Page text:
3 Reasons Why You Should Learn to Surf in Costa Rica

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With warm water, beautiful jungle backdrops, surf on both coasts, and waves suitable for all experience levels. Costa Rica is truly a surfer’s paradise. Unlike Hawaii, where most of the waves break over dangerous coral reef and are frequented by advanced surfers only, Costa Rica has plenty of safe waves for beginner surfers. And if you are trying to avoid California’s overcrowded, often hostile lineups, then a surf trip to the home of the Pura Vida lifestyle might be exactly what you are looking for.

Women who surf in Costa Rica

Warm, clean water makes Costa Rica an ideal place to learn

If you wish to skip the hassle (and additional cost) of floundering around in a constricting wetsuit during your initiation to the sport of surfing, then look no further than the warm, tropical waters of Costa Rica. The ocean temperatures on both the Pacific and Caribbean sides of the country hover around 80 degrees fahrenheit (26 °C) year-round. This means you can paddle out for a surf wearing little more than a swimsuit and rash guard (though don’t forget to apply some mineral sunscreen!).

Not only is the water warm and often clear, but it is also relatively clean due to the country’s lack of large-scale development prevalent in most coastal tourism destinations. This is because Costa Rica is a world leader in both eco-tourism and environmental protection. In fact, the government invests over $100 million per year into its environmental policies and initiatives. Costa Rica is one of the most biodiverse regions in the world, and over a quarter of the country’s land is protected in national parks and wildlife refuges.

Of Costa Rica’s 28 National Parks, 11 are located in coastal areas — where many good surf breaks can be found. What’s more, the Costa Rican government recently declared surfing a sport of public interest. This “represents an allocation of funds that will go to improve beaches where this sport is practiced, the training of lifeguards, and the generation of new employment opportunities related to the sport.” Evidently, the government has finally recognized what surfers have long known about Costa Rica: the country’s “rich coast” is abundant with great waves and optimal surf conditions.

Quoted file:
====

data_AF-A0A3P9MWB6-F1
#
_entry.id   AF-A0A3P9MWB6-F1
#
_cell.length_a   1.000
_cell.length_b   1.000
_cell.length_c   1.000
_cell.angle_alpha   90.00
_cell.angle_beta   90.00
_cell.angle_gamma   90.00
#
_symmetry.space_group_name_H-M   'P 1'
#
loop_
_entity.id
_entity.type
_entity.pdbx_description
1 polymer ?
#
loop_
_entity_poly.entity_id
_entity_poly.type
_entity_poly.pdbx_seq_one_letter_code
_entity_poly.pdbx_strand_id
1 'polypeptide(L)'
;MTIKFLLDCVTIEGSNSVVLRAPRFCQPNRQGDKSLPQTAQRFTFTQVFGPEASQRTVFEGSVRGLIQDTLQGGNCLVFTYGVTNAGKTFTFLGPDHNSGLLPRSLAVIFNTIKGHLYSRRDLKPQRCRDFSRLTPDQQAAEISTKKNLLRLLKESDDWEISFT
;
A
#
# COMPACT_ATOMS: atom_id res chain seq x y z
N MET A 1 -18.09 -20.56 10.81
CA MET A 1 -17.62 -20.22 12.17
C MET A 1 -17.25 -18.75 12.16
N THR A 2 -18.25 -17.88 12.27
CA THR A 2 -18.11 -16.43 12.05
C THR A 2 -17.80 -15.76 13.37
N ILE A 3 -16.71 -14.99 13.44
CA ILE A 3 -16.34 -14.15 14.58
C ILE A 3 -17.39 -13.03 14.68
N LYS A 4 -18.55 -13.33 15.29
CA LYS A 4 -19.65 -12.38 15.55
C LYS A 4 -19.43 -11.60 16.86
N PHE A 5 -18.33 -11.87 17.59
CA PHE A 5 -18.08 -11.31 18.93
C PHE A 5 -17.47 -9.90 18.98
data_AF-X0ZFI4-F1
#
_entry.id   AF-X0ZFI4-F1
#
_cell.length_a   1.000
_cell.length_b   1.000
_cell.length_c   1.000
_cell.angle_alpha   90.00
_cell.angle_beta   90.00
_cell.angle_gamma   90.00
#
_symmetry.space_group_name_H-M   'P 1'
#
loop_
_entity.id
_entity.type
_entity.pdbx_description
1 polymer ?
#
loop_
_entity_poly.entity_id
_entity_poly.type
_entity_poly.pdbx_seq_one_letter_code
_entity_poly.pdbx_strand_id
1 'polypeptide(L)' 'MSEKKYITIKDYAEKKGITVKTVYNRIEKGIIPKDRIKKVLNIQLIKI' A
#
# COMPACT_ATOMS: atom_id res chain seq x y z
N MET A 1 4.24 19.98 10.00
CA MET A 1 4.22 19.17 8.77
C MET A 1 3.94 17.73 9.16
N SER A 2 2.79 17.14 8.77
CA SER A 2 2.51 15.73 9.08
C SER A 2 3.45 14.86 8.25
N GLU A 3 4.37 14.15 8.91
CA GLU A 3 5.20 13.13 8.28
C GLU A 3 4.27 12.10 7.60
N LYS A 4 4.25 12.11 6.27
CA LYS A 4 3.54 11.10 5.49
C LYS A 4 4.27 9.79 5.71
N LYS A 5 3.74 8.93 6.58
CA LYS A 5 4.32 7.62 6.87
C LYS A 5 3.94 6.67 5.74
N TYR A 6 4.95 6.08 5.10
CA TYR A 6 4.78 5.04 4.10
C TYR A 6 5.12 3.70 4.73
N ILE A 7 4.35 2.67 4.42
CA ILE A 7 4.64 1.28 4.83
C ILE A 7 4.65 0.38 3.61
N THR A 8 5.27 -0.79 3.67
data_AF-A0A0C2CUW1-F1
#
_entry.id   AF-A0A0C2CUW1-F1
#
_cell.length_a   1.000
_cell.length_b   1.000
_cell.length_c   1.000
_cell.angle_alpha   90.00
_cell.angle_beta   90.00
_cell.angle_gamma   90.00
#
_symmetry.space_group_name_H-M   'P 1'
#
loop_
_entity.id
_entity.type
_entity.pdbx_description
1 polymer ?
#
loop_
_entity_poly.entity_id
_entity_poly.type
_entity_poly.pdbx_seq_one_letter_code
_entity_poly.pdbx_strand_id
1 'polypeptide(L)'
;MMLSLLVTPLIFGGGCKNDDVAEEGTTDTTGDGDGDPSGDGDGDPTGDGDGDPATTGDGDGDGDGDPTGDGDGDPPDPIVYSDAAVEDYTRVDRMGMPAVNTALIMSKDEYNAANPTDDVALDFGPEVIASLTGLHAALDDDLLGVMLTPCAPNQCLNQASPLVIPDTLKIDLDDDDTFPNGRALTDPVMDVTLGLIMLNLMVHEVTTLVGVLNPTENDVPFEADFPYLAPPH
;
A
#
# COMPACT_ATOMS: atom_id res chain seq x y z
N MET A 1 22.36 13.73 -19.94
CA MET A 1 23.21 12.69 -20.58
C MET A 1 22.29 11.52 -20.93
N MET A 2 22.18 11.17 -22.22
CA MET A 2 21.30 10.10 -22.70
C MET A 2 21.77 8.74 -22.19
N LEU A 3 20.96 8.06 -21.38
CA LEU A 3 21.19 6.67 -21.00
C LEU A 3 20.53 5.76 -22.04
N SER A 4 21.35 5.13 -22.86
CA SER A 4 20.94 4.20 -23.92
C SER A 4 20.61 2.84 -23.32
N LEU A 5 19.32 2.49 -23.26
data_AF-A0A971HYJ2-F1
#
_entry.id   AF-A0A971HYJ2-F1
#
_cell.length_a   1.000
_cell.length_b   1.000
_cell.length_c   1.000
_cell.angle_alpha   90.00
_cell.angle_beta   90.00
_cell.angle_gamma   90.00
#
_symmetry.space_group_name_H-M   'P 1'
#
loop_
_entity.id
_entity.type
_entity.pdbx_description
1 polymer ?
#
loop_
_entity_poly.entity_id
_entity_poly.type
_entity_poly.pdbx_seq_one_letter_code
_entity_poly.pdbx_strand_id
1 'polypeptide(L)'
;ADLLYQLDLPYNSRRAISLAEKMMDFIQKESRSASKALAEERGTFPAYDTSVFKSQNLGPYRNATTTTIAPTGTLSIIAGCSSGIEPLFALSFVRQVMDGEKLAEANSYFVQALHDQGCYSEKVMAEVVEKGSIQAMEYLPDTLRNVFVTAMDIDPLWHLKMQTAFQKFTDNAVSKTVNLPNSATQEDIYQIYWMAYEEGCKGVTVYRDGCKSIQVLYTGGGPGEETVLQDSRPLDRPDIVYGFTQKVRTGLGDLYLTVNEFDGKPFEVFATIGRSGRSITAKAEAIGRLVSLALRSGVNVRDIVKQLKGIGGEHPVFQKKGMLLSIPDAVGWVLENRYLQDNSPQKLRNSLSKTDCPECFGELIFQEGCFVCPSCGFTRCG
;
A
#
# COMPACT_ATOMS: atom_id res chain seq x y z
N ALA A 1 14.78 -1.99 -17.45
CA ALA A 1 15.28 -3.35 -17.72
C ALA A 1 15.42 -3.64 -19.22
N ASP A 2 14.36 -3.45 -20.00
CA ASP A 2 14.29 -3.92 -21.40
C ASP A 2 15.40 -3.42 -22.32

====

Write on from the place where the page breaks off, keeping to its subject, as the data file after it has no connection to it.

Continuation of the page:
Solitary surfer in Costa Rica

Costa Rica’s uncrowded surf breaks

Costa Rica has over 800 miles of coastline, a population of just five million people (over 80% of which live in cities), and more than a hundred surf breaks to choose from. This makes the country an ideal place to learn to surf if you are looking to avoid a crowd. As a beginner surfer, it is best to take to the water with the fewest amount of people around as possible. For your first couple of surf sessions, you should be looking for a beach with a gentle, sloping, sandy bottom where you can avoid getting in the way of other more advanced surfers.

Sand bottom breaks are typically the best for learning, as you don’t have to worry about falling over rocks or reef. Furthermore, most reef and point breaks only have a few (often crowded) takeoff zones, whereas beach breaks have plenty of room for surfers to spread out. That being said, there are several beach breaks in Costa Rica that should be avoided by beginner surfers, such as Playa Hermosa in Jaco.

Playa Hermosa is home to some of the best surf on Costa Rica’s pacific coast, thanks to a steep sloping shoreline that results in powerful surging waves and dangerous rip currents. As a rule of thumb, the gentler the slope of the beach, the less powerful the breaking waves will be. “Crumbling” waves suitable for beginners can be found at Playas Tamarindo, Jaco, Bahia Ballena – Uvita, and more.

Friendly local surfers in Costa Rica

The famous Pura Vida vibes of Costa Rica

Pura Vida is a widely used Costa Rican slang term that translates literally to “pure life,” but can be used to express a wide variety of sentiments, all of which with positive connotations. Similar to the Hawaiian expression aloha, Pura Vida is used both as a greeting and a goodbye, and serves as an apt descriptor of the Costa Rican lifestyle: simple, laid-back, and happy.

Many local Costa Rican surfers have embodied the Pura Vida lifestyle, as exemplified by their generally positive attitude toward foreigners and beginner surfers out in the lineup. Nonetheless, it is a good idea to find a surf instructor to accompany you for your first couple of outings. Surfing is a sport abundant with unwritten rules and taboos. The last thing you want to do on your surf vacation is accidentally offend an unsuspecting local by stealing their wave.

When looking for a good surf school, make sure to find instructors that are certified by the ISA (International Surf Association). They are sure to be the best trained and have the most technical knowledge about beginner surf instruction. In addition to teaching the fundamentals of surfing, ISA surf instructors are also trained to discuss surf theory, including topics such as proper surf etiquette and how to identify potential hazards.

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About the author

Spencer Dunlap